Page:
Many people know that IRAs and 401(k) plans have creditor protection. However, most people do not know the limits of that creditor protection. It may come as an unwelcome surprise, but if someone is suing you: (1) if you owe money to the IRS or to an ex-spouse, (2) if your retirement plan is of a certain type, or (3) if your beneficiaries are under creditor attack, your retirement funds may not be protected at all. First, if you owe tax dollars to the IRS, or are late on alimony or child support payments, your retirement plan is almost never a safe haven. The IRS, an ex-spouse, and minor children act as “super creditor” against your retirement plans. Ex-spouses
My mentor was a meticulous, forward-thinking attorney. When she retired from private practice I succeeded her and took over her client files. As a result, I had the pleasure of reading many of the wills she had drafted (not a recommended activity for narcoleptics who don’t want to fall asleep). She was absolutely scrupulous when it came to naming contingent beneficiaries to an estate. For some of her clients, and indeed for me too at times, it seemed like a maddening process. Here is a common scenario: I imagine going to an attorney to draft my Will, create beneficiary designation forms, and consider creating a trust. Now comes the moment of truth: When I pass away, who gets what?
Your estate plan is generic. I can almost guarantee it. Sure, perhaps 1% of people have something original, fantastic and truly thoughtful created for them, but (much like movie plots) there are somewhere between 9 and 14 standard estate plans out there for 99% of the population. That is because only .25% of us are truly wealthy enough to justify non-traditional planning, and .75% have the actual need for original content. Congratulations: You are normal. When you die, however, your estate is unique, special, its own miracle or monster. You have accounts at different financial institutions than everyone else, you leave behind a family with different relations, health concerns and creditor issues than everyone else, and leave assets to certain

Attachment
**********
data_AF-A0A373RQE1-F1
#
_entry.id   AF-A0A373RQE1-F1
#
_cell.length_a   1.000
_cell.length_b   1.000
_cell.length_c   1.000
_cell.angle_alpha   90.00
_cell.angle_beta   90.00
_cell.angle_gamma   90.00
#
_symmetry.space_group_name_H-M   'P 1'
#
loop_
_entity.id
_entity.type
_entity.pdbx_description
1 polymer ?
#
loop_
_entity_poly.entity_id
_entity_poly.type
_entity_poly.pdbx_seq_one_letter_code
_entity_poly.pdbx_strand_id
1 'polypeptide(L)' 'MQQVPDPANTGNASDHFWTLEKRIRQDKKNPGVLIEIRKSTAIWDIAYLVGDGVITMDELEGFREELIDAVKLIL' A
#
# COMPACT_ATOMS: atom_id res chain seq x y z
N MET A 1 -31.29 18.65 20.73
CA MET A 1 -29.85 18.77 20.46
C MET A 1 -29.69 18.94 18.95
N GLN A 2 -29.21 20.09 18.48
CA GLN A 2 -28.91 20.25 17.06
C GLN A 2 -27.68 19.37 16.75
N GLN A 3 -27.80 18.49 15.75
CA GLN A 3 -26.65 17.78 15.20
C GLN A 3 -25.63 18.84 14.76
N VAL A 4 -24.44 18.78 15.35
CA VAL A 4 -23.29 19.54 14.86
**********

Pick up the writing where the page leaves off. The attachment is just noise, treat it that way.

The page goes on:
Many financial institutions offer the account holder a choice of establishing a bank account as an “In Trust For” account and an investment account as a “Transfer on Death” account. For example, my bank account statement may say “Daniel Timins I.T.F. Barack Obama” or my investment account may be titled “Daniel Timins T.O.D. Herman Munster.” My personal choice of beneficiaries aside, while seeing these words on a statement may be a bit unnerving, there are huge post-mortem benefits to having ITF and TOD accounts: The accounts are solely under my control during my life (the beneficiary doesn’t even get statements during my life) They are revocable Upon my passing my beneficiary merely needs to show up at the bank with
Happy Holidays and New Year! I hope this letter finds you in good spirits. 2014 was a very busy year in the Trusts & Estates and Elder Law field. Most of my predictions were wrong (again). I tend to err on the side of caution, however, so when I am wrong my clients typically win. Please allow me to share some legal highlights of this past year with you, and some professional insights as to how 2015 may look in the Trusts & Estates and Elder Law arena: THE BAD NEWS: INHERITED IRA CHANGE: BENEFICIARIES NO LONGER PROTECTED Issue: In the past, your IRA and other retirement plans were protected from creditors, with the exception of a spouse whom you
Individual Retirement Accounts are perhaps your most safeguarded and income tax-efficient asset: are deducted from your adjusted gross income for income tax purposes, principal grows tax deferred, and the account is protected from just about any creditor other than a spouse (even in bankruptcy and against lawsuits). At least that was the case until 2014. When a person passes away with an IRA, any beneficiary may take all funds out of the existing IRA as long as they do so within five years. This means all IRA assets are distributed quickly, negating long-term tax deferral and assessing income tax payments on the large distributions. And all funds are now out of the IRA, so they are no longer protected. A